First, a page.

NIPSCO, Indiana Utility Regulatory Commission, and the Washington Township Volunteer Fire Department Conduct Drill to Teach Digging Safety

NIPSCO, Indiana Utility Regulatory Commission, and the Washington Township Volunteer Fire Department Conduct Drill to Teach Digging Safety
By: Taylor Irby Last Updated: March 29, 2017

NIPSCO teamed up with the Indiana Utility Regulatory Commission, and the Washington Township Volunteer Fire Department to teach area professionals around Northwest Indiana about safe digging through a live demonstration of a pipe being hit.

"Everyone in this room is involved in the complex process to keep underground pipes safe. Everyone one of us needs to communicate." Steve Allen, Director of Pipeline Safety for the Indiana Utility Regulatory Commission, said to the crowd.

The day started with classroom learning about the importance of calling 8-1-1 before you dig.

“We’re trying to show folks the Indiana digging law,” said Darby Miller, Underground Plant Protection Program Manager for the Indiana Utility Regulatory Commission. “We have people talking about what you have to do and what the best practices are. We also have actual excavators explaining the ways their company stays safe. We really want to tell everybody to call 8-1-1. It’s easy, it’s fast, it’s free."

In Indiana, it's legal to dig on your own property to a depth of about 12 inches using hand tools. "You should still call 8-1-1 every time you dig," Miller said. "Just because a pipe was buried at 12 inches doesn't mean that it hasn't moved up with time. That doesn't usually happen, but we want people to recognize that it's a possibility and stay safe."

Many negative things can happen when a pipe is hit, from a gas explosion to losing access to 9-1-1 for the entire area. Sometimes it's just as simple as losing cable TV, but protecting the pipelines protects everyone. NIPSCO highly values safety and is responsible for many of the lines in Northwest Indiana.

Andy Stone, Vice President of Gas Operations for NIPSCO, said, “This is really important to us because it’s preventing damage, it’s public safety, our employee safety, customer safety. We promote damage prevention and 8-1-1 in every breath we can. This is very exciting for me because we have the excavator community here, we have the locator community here, and the Indiana Regulatory Commission here supporting us. The line strike will be a fun demonstration that will let you see what we see first hand and not be in any danger. It’s really promoting community safety.”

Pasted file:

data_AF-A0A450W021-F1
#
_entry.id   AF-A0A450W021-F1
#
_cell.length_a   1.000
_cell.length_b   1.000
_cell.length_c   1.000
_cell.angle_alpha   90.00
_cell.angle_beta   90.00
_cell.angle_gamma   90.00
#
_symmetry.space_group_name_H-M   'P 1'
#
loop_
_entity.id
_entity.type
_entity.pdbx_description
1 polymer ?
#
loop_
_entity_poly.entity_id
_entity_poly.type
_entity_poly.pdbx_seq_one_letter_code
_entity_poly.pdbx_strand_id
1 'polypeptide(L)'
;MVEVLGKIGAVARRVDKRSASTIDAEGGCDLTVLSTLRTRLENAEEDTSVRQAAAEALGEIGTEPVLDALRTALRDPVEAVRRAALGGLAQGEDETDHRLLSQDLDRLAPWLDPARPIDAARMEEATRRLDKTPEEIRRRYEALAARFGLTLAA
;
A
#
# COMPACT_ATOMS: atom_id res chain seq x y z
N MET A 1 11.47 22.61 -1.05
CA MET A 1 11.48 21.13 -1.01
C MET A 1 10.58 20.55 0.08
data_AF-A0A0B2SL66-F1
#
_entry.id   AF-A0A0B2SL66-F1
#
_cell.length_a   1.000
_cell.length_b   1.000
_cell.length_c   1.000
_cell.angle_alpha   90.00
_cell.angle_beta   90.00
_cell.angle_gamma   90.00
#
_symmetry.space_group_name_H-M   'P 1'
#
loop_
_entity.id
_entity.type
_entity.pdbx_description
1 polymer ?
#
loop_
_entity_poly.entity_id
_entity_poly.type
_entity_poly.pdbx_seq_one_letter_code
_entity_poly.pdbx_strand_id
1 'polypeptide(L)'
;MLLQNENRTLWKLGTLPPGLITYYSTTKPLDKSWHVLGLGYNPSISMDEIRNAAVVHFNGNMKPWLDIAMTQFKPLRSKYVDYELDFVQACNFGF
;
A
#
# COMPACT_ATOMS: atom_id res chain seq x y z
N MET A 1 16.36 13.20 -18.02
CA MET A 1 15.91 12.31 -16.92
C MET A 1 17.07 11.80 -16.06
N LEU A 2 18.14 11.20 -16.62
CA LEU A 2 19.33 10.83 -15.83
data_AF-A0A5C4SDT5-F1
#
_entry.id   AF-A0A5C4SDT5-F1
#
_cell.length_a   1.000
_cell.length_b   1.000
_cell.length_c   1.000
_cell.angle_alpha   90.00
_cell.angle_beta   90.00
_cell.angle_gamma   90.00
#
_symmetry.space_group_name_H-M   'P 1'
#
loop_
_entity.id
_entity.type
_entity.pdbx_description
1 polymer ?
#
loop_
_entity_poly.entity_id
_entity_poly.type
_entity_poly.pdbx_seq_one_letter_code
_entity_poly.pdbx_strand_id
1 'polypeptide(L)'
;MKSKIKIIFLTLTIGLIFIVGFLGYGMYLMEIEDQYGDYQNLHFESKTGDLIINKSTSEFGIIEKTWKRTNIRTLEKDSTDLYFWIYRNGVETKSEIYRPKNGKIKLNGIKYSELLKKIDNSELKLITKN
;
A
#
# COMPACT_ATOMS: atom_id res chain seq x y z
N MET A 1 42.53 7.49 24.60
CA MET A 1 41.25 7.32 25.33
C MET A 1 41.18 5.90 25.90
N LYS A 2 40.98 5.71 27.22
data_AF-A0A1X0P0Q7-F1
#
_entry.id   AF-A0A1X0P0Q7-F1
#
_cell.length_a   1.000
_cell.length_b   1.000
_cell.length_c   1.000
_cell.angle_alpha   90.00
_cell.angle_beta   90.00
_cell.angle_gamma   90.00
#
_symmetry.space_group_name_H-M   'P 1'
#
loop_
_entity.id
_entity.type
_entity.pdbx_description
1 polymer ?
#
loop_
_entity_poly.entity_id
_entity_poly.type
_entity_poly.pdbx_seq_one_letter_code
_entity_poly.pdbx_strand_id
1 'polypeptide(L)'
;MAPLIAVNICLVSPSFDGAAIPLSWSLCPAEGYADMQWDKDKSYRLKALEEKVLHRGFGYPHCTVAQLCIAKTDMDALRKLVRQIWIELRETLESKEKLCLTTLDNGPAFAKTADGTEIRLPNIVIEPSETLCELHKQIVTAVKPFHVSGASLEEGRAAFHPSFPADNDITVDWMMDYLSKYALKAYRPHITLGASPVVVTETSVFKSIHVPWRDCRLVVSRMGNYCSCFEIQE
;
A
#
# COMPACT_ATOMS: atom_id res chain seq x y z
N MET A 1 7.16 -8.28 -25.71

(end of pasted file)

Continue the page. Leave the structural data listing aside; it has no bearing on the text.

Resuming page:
The demonstration was set up by Entertech. It took place at the Porter County Fairgrounds, as to avoid bystanders who would mistake the demonstration for a real accident. A compressor was hooked up to an 8-foot pipe with holes in it. The pipe had powder put on top of it, and then was buried. A demonstrator boarded a small excavator and began to dig. Suddenly, the compressor is flipped on, the powder flew into the air simulating a gas cloud, and a demonstrator falls to the ground. NIPSCO, Washington Township Volunteer Firefighters, and local EMS responders report and showed how they would respond.

The firefighters were in full uniform and turned on their hose, NIPSCO employees came to the scene to report on what was going on and turn off the gas. EMS picked up the "injured" participant and put him on a stretcher.

“We’re simulating what would happen if we had a patient in this scenario. Getting together with NIPSCO and the IURC has been pretty cool for us,” said Kelly Bogan, Captain for the Washington Township Volunteer Firefighters.

The demonstration is an important part of the training.

“Having a class setting where you can talk about it is very important, but it only goes so far,” said Patrick Carney, Poject Management Coordinator at Entertech. “When they actually see the live demonstration of a pipeline rupture, they see the whole effect when the police, fire, and EMS show up. They see what can actually happen just by one mess up.”

For more information about safe digging, visit https://www.nipsco.com/stay-safe/gas-safety/digging-safety-call-811